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When destruction doesn’t mean destruction

Disclaimer: This rant about C++, or rather about the compiler used for building zkanji is very technical. Non-programmers shouldn’t even try to understand it. Programmers, please don’t laugh. The explanations are probably not correct entirely, the rant is not an exercise in C++.

If you have ever used C++ you probably know what a virtual function is, but not everyone knows about virtual tables. (You can skip the following few paragraphs if you do – but be aware! They work differently in other languages!)

I won’t explain what objects and classes are, so if you don’t know that much, turn back now. When a class called B is derived from a base class called A, B can use the base class’ public and protected functions (in case when we are talking about public inheritance of course) . If A has a function called F taking no parameters, which is a “virtual” function, we can create our own F function in B too taking no parameters, making it virtual too. If an instance of B is created, then calling its F will call B::F(). When that instance is put in a variable of class A, calling the F for that will still call B::F(). (But for instance, if the F function was not virtual, calling F in the latter case would call A::F() instead.) Putting it all to code:

class A {
A() { ; } // constructor, doing nothing
virtual ~A() { F1(); } // destructor. calls the virtual F1
virtual void F1() { /* do something */ ; }
void F2() { /* do something again */ ; }

class B : public A {
B() : A() { ; } // constructor, doing nothing
virtual ~B() { /* do some stuff */ ; }
virtual void F1() { /* do something else */ ; }
void F2() { /* do something else again */ ; }

B *b = new B;
A *a = b;
b->F1(); // calls B::F1
b->F2(); // calls B::F2
a->F1(); // calls B::F1
a->F2(); // calls A::F2 because F2 is not virtual.

delete a; // deletes the instance of B in *a and calls the object’s destructors. Then F1() is called from ~A. (see above)

When first calling F1 of a, the B::F1() is called, because it is virtual. For this to work, the compiler creates a so-called virtual table for the object. It can look up the real type of a (which is B in this case) and call the correct function. When we destroy a, first the destructor of B, ~B is invoked, as it is virtual as well, and after that ~A is called automatically.  It then calls F1, but that is A::F1() in this case. In Standard C++, F1 will refer to A::F1() here. By the time ~A is reached, the virtual table for B does not exist anymore. In real programs B would do some cleanup, probably making B::F1() unsafe, which might operate on freed variables, thus being able to call that would result in some strange errors. That’s why C++ prevents us from making such a mistake.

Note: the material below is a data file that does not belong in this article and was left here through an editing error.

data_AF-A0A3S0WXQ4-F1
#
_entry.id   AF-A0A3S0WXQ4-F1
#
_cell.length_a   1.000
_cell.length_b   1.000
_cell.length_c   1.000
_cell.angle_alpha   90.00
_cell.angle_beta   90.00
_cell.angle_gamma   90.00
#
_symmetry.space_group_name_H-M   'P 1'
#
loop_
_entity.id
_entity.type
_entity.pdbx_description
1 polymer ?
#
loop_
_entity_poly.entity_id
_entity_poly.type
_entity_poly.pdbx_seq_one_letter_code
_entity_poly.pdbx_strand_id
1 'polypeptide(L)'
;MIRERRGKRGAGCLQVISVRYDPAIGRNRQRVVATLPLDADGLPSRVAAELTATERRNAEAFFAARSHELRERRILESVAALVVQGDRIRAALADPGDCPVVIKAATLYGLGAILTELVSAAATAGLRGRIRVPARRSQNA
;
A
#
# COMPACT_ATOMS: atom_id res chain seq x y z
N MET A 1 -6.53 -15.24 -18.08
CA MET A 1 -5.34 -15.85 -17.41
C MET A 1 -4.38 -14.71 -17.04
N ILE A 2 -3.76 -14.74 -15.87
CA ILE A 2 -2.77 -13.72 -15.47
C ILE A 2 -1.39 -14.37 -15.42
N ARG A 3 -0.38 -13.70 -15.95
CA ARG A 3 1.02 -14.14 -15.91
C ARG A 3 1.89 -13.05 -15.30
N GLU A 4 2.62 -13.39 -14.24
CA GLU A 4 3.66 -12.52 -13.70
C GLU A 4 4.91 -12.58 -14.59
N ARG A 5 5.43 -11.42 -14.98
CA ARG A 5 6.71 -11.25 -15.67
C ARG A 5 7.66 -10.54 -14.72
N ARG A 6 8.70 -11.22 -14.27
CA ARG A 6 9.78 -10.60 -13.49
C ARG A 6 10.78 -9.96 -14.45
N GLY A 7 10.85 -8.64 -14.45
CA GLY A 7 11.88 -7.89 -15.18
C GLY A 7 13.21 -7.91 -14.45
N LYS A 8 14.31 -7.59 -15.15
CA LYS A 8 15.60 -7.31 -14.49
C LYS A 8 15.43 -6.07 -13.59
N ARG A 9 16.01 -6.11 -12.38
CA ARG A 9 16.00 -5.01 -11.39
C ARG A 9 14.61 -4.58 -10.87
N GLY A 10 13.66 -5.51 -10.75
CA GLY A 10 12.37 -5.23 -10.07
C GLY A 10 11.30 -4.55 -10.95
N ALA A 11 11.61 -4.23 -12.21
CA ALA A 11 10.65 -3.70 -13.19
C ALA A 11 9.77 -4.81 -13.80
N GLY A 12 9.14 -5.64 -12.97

Here comes the rant about what C++ Builder does differently…

The library used by C++ Builder, which makes it possible to easily manipulate on windows controls and other things was written in Delphi, which uses a modern Pascal variant. It also has virtual functions, but the virtual table in Pascal works a bit differently. When deleting an object in both languages, the destructor of the last derived class is called first, and the first base class’ the last. If the base class’ destructor called a virtual function in C++, only the function of the base class could be retrieved, as the virtual table for all derived classes are already freed up. On the other hand in Delphi’s Pascal, the whole virtual table exists, until the last destructor finishes its job. Calling a virtual function from a destructor in C++ is a bit risky if you don’t know what you are doing, but in Delphi’s Pascal it’s a suicide.

Unfortunately I had to face a little undocumented feature of C++ Builder. Once my class was derived from a base class of the original library (which was written in Pascal), the virtual table stopped working in a standard way. The virtual function of the derived class was called from the destructor of the base class, even though it is against the rules of standard C++. The result: for some reason nothing at all in previous versions of the compiler, but since I switched to be able to use Unicode, the generated code somehow started producing unexpected errors.

Thanks to this, I’m a few years older since last week

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